Bowing In Gracefully

Bowing In Gracefully
May 01
00:00 2014

Local singer’s group makes gospel debut

(pictured above:  Grace members (from left) Gene Hoskins, Janae Brown of Charlotte, Ajay Simmons of Raleigh, Alisha Henderson of Roxboro and Winston-Salem’s own Melvin Aikens Jr.)
Melvin Aikens Jr. is following his dream of becoming a gospel singer.

Melvin Aikens Jr. is following his dream of becoming a gospel singer.

Melvin Aikens Jr. has been a singer/songwriter all his life, yet it’s only been recently that the 23-year-old has found the courage to step out on faith and truly share his gift with the world.

“I’m just now started to realize that it is a gift, and it is what God has called me to do,” he said of his musical ability. “It is something I have to do; the last thing I want to do is lose it.”

Aikens and four of his closest friends came together last year to create Grace, a Raleigh-based gospel group. Aiken penned the quintet’s first single, “Drifting,” which was released last month. In March, the group made its stage debut, delivering what Pastor Ronald Godbee describes as a rousing performance at The River, a Durham church Godbee leads.

Grace took the crowd of about 500 by storm, Godbee said.
“To see the eclectic array of people that were gathered in that place was truly beautiful,” declared Godbee, who serves as the group’s spiritual advisor. “The worship was pure, the anointing was evident and the people were tremendously blessed.”

Winston-Salem native Aikens is a member of Union Baptist Church. He has always been fiercely protective of his work, seeing his lyrics as a private form of worship and too intimate to share. Witnessing the audience’s reaction to his words was a deeply moving experience, the UNC Chapel Hill alumnus said.

“I could hear people responding and reacting to the words of our songs. I was moved to the point where it was like an out of body experience, like, ‘I can’t believe this is happening to me,’” he related. “Literally, I broke down. It was just so overwhelming to hear people really being blessed by the words God had given to me.”

The group is offering free downloads of “Drifting” online at through Saturday, May 3. Godbee, who featured the group on his Internet radio show “The Edge,” said Grace has generated quite a stir within the gospel music community, even attracting some offers for national distribution of their forthcoming EP, which is slated for release later this year.



“I’ve personally put up some of their music on my social media and the hits were incredible,” he said. “A lot of people reached out, asking and inquiring who they were, so there’s definitely a buzz about them.”

Aikens said the song’s success has taken the group completely by surprise.
“We didn’t expect this song to be as big as it is. That’s why we gave it away for free, because we just wanted people to listen to it,” he said. “It never crossed our minds that this was going to be successful.”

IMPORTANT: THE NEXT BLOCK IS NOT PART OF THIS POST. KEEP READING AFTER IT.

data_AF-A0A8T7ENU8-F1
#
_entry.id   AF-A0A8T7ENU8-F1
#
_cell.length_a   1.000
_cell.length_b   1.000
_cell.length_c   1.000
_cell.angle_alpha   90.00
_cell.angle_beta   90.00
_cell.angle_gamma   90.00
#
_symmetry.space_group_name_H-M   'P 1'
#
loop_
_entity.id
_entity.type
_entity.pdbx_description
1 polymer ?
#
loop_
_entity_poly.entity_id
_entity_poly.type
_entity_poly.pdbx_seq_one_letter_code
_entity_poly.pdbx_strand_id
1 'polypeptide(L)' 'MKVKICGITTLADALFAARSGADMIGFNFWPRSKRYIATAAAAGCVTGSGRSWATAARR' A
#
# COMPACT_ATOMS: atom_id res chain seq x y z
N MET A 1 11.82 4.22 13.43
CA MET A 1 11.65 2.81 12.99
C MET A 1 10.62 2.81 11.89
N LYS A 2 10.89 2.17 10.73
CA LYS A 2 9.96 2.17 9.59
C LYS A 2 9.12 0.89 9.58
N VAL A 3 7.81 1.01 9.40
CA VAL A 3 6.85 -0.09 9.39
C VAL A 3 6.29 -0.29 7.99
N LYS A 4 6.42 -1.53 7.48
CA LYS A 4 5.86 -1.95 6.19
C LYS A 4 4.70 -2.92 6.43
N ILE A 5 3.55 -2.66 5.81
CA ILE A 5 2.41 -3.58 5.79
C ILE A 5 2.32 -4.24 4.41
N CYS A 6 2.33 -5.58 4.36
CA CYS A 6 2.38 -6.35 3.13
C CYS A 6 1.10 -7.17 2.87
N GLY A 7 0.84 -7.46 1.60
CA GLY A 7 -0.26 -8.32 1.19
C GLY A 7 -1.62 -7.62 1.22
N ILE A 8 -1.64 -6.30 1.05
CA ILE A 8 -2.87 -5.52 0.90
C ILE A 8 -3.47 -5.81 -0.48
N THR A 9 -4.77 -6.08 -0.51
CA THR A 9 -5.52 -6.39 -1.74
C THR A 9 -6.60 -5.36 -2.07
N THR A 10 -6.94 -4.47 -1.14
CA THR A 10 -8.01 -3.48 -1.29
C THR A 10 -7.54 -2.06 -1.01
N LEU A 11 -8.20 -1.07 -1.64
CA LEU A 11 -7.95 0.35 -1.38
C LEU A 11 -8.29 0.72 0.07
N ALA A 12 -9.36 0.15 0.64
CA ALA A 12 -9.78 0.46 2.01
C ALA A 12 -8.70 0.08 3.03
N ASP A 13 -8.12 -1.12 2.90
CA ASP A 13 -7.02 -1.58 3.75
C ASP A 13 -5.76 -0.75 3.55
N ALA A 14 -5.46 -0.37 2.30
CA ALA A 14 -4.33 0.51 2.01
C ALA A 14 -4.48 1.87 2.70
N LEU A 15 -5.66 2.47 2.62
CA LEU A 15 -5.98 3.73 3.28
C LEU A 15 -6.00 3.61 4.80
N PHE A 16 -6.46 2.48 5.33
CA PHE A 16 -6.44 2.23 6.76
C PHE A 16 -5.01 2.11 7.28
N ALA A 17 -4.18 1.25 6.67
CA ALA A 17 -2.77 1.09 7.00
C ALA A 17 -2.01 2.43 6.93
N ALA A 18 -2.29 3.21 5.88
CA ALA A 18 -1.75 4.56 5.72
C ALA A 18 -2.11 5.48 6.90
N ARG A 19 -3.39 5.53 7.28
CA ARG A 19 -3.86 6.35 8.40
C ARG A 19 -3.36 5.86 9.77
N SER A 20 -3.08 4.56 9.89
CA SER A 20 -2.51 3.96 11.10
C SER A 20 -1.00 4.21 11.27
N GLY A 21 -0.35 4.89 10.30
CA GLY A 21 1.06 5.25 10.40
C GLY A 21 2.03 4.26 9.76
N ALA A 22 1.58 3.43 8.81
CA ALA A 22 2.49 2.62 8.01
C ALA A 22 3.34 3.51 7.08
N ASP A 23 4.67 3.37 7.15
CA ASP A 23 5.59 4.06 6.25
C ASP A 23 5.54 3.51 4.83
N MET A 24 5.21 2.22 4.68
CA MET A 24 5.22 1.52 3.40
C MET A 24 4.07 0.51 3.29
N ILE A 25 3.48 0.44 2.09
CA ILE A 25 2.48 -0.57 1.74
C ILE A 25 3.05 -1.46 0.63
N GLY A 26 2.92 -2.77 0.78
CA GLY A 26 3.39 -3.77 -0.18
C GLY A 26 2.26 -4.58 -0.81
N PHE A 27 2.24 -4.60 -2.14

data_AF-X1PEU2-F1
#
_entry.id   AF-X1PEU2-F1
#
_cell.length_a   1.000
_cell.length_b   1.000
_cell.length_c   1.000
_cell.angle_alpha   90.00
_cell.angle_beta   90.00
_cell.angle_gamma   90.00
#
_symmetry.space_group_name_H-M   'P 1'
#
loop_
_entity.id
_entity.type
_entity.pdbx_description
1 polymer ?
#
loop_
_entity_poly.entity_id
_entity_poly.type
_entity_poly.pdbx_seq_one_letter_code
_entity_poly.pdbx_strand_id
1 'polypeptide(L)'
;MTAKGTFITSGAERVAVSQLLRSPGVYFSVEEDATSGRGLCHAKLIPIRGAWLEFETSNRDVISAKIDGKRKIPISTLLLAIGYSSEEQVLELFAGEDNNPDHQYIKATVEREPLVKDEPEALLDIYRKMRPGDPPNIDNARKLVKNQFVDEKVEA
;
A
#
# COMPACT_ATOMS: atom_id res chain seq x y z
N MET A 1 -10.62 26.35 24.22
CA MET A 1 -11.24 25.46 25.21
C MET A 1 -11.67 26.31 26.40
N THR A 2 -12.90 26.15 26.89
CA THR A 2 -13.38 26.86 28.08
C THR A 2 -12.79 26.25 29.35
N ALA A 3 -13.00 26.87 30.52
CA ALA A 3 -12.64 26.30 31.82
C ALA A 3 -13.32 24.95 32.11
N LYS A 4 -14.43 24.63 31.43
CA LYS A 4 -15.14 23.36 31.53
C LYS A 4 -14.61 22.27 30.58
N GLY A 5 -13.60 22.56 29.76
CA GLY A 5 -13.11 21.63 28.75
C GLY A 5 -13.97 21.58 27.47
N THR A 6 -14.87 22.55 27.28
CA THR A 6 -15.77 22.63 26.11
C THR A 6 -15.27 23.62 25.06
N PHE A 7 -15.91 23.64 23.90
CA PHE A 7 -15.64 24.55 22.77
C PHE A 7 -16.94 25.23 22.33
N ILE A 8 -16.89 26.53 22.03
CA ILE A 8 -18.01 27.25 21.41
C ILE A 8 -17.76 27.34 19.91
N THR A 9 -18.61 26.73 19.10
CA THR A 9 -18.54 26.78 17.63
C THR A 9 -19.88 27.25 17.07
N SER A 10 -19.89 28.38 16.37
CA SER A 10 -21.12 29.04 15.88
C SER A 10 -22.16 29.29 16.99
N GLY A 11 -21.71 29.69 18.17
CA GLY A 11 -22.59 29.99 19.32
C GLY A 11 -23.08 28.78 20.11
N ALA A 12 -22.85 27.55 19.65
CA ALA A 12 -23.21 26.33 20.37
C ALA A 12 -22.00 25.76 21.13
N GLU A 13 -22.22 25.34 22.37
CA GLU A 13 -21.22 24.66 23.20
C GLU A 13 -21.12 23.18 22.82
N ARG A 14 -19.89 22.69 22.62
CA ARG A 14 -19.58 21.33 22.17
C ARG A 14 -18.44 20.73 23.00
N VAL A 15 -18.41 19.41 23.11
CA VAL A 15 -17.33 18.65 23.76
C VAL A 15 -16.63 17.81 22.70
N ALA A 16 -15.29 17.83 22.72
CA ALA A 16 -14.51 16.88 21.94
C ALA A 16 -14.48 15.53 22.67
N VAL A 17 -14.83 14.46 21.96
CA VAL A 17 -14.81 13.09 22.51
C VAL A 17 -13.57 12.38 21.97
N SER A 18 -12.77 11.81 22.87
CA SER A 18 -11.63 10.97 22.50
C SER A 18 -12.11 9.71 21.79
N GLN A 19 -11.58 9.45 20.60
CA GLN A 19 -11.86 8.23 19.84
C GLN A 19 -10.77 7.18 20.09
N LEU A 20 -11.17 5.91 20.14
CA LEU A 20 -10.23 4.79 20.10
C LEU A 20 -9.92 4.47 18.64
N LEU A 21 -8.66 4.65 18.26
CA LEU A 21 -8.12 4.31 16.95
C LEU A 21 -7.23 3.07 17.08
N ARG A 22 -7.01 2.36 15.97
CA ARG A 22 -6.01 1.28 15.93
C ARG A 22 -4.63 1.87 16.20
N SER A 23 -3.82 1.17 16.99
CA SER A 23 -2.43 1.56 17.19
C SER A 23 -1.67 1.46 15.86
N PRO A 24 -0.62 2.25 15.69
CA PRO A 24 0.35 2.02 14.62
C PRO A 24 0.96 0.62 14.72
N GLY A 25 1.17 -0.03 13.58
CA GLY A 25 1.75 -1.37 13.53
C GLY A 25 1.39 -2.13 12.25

Aikens, a teacher’s assistance at Lowrance Middle School, sang his first solo at Mount Olive Baptist Church at the tender age of three. At eight, he captured the attention of the nation when he became a finalist in a national Oscar Meyer contest by belting out the company’s signature “ My Bologna Has a First Name …” jingle. That achievement was followed by a memorable performance on the “Showtime at the Apollo” television program.

Growing up, Aikens said he was always surrounded by music. He hails from a long line of choir standouts and gospel enthusiasts on his mother’s (Genell Aikens’) side, and his father, Melvin Sr., instilled in him a reverence for soul, and a respect for lyricists like Stevie Wonder, Marvin Gaye and Michael Jackson.
“From my mom’s side, I got the musical ability, but my passion and love for music comes from my dad,” he said. “Our sound as a group is so unique and different, and I think it’s because of my whole hodgepodge of inspirations coming together as something weird and unique.”

Aikens began writing songs as a boy, at the behest of his father, who convinced him that real artists write their own material. He has hundreds of songs in his repertoire, yet Aikens said he was always too shy to share his work, fearing that others would not see their merit. Those self-doubts led him to abandon music for much of his tenure at Winston-Salem Preparatory Academy, where he was valedictorian of the Class of 2009. At UNC, he rekindled his love affair with music, directing a campus choir, singing with an on-campus a cappella group and performing backup gigs for extra cash.

“Every time I try to run from it or give up on it or focus on something else, God always brings me back,” he said.

Grace’s formation was somewhat adventitious. After a handful of his friends – all fellow backup singers – serenaded him at his graduation party last spring, the impromptu singers were overwhelmed with inquiries and requests. From there, Aikens and his friends have embarked on a whirlwind that continues to build. These days, when he prays about his career, Aikens says he simply asks God to help him stay out of the way of the momentum that has been created by his words, his life, and, most importantly, his faith.

“It has just been a blessing to see this kind of stuff unfold,” he declared. “This is what God has called us to do, and God is really blowing our minds.”

For a complimentary download of “Drifting,” visit

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